FORT BRAGG, N.C. — Less than a month before an Army general’s trial on sexual assault charges was set to begin, the lead prosecutor broke down in tears as he told a superior he believed the primary accuser in the case had lied under oath.
Lt. Col. William Helixon had urged that the most serious charges against Brig. Gen. Jeffrey A. Sinclair be dropped because they rely solely on the woman’s accusation that he twice forced her to perform oral sex.
But those above the seasoned sex crimes prosecutor overrode him, rebuffing an offer from Sinclair to plead guilty to lesser charges.
Helixon was then pulled from the case, after superior officer took him to a military hospital for a mental health evaluation, according to testimony.
With the trial set to begin this week, Sinclair’s defense lawyers suggested in court Tuesday that top Pentagon officials had unlawfully ordered the case to go forward over concern for the political fallout that would result if the charges were dropped.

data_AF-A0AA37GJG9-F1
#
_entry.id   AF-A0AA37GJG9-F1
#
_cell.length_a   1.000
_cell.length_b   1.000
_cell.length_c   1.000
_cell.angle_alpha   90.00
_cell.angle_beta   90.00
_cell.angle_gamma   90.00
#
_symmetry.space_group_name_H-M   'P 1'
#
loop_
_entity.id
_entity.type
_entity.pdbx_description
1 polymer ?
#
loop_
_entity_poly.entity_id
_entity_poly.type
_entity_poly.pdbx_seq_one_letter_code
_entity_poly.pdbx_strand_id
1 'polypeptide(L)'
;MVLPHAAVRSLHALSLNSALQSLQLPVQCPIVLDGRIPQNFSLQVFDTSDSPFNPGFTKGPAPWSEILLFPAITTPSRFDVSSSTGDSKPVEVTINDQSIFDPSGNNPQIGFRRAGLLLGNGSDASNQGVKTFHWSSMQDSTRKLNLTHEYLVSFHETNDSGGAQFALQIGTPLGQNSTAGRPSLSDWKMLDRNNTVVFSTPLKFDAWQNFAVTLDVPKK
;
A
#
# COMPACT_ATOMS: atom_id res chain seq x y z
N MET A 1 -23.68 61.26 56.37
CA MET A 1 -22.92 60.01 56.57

After a day-long hearing, a judge ruled Tuesday that the case should go to trial. Opening statements are set for Thursday.
The case against Sinclair, believed to be the most senior member of the U.S. military ever to face trial for sexual assault, comes as the Pentagon grapples with a troubling string of revelations involving rape and sexual misconduct within the ranks. Influential members of Congress are also pushing to remove decisions about the prosecution of sex crimes from the military chain of command.
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